Now hear this:  a recent study, based on survey data, was released ahead of print owing, in part, to its findings.

Before we dive in to talk a bit about these startling conclusions, let's take a moment to review some important facts:

  • Survey data are often self-reported, suffer from a poor response rate, and are very limited in terms of objectivity.
  • When two things correlate, it does NOT mean that one thing causes another.  For example, check out this link:

Click this:  Correlation is NOT Causation website

Ok, that we've covered that, let's talk about a recent study that surveyed internal medicine interns.

Its findings?  Poor faculty feedback, long work hours, and high institutional research rankings were associated with increased depressive symptoms among interns.

Sure, some of that is very believable...after all, lack of sleep, a lousy learning sort of makes sense that there'd be an increased risk of depression.

But let's get back to this study.  

For example, should we take from it that institutions that are ranked highly in research shouldn't teach interns?  Or that those institutions should do less research?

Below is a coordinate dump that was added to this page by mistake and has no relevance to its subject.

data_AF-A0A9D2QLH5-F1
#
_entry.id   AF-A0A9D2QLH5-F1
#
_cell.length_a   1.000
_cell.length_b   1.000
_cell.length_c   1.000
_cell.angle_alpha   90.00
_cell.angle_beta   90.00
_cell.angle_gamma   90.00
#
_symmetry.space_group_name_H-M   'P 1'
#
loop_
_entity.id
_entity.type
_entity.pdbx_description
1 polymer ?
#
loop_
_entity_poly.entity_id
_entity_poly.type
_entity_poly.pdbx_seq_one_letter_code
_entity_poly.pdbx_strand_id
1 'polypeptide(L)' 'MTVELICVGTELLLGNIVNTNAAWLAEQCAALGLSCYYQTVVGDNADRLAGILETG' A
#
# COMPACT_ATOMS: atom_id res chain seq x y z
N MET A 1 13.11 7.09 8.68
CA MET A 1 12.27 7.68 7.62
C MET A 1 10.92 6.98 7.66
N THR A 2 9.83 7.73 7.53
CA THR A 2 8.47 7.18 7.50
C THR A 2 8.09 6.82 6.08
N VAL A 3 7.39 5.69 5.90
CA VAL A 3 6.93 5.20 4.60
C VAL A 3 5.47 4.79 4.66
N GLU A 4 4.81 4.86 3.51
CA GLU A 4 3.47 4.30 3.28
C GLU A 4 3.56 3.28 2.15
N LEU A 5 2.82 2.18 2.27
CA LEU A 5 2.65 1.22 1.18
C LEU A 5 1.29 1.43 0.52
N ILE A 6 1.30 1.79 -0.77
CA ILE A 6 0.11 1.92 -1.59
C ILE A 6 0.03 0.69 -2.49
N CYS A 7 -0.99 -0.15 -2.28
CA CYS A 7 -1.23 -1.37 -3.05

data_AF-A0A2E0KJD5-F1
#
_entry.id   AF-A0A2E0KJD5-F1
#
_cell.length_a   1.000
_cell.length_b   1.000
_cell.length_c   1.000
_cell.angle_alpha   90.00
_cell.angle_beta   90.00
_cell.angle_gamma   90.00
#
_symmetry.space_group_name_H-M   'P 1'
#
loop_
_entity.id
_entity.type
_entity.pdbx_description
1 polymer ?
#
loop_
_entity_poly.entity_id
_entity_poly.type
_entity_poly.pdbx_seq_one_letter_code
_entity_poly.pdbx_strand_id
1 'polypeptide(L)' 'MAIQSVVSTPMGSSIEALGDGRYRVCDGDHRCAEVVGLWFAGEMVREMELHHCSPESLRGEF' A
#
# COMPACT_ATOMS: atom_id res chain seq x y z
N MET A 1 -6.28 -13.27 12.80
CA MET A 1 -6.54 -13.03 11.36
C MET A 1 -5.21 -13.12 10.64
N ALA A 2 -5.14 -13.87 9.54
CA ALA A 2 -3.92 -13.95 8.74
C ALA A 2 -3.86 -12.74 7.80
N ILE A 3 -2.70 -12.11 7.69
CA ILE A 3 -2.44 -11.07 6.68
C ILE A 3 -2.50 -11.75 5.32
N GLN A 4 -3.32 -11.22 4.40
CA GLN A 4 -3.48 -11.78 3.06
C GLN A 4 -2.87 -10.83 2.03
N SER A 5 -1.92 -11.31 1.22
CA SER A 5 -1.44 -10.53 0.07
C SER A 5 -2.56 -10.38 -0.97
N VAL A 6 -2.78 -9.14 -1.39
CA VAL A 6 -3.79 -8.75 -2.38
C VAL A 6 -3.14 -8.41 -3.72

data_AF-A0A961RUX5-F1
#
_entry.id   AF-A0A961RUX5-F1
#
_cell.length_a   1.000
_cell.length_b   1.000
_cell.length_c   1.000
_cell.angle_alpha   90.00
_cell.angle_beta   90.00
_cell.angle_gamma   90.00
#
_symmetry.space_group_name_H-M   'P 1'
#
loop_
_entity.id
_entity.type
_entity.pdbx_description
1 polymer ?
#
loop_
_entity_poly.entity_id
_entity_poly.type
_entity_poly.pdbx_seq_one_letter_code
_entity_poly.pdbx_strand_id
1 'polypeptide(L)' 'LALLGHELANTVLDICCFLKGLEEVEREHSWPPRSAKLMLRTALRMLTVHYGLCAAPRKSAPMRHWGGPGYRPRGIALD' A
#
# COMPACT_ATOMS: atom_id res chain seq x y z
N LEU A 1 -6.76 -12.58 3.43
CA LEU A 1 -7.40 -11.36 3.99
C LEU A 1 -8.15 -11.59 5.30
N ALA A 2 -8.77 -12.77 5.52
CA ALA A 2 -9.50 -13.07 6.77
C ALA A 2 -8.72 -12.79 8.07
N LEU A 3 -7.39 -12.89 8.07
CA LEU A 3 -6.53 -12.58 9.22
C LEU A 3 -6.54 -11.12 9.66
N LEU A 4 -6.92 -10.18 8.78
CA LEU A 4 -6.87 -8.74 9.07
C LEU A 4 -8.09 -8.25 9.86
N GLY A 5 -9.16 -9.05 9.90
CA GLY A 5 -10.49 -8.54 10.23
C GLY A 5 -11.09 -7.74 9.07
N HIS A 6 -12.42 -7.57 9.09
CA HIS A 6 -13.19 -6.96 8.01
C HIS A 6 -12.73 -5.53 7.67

Nope, not unless we want to commit some serious statistical (and critical thinking) atrocities, like:

  • confusing association of intern's self-reported depressive symptoms with an idea that somehow institutional research rank CAUSES an intern's self-reported depressive symptoms.
  • believing that self-reported depressive symptoms correlate with clinically diagnosed depression
  • believing that survey data of self-reported endpoints accurately represents all interns as a sample.

After all, survey data is notorious for a poor response rate.  Which means that the people who answer the survey don't often represent allll of the people you're trying to look at.

In fact, it's possible that interns at centers with a higher institutional research rank had time to answer the survey (and cared about it for research purposes) more than interns at lower-ranked centers.

If this happened, then the relatively few people who bothered to answer the survey at all may have been disproportionately from higher-ranked academic centers and then went on to report more depressive symptoms.

Bottom line:  survey data are often weak and don't represent the population you're trying to examine.  Although this study has attractive conclusions that seem to fit with SOME modern thoughts on depression, using this study to decide where to train, to do less research, or to target an intervention to decrease risk of depression may be a big mistake!

(Link to the study is included beneath.) the way:  don't get me wrong.  Burnout and mental health among providers is a key issue.  Poor sleep quality, lack of sleep, and many other physiologic factors have been routinely demonstrated to impact risk for depression and other mental health issues.  Let's focus on specific, high-quality interventions to help healthcare providers.  Just because this particular study may not rise to the level where we want to make changes to our training system doesn't mean the hunt for opportunities to help providers is somehow less worthwhile.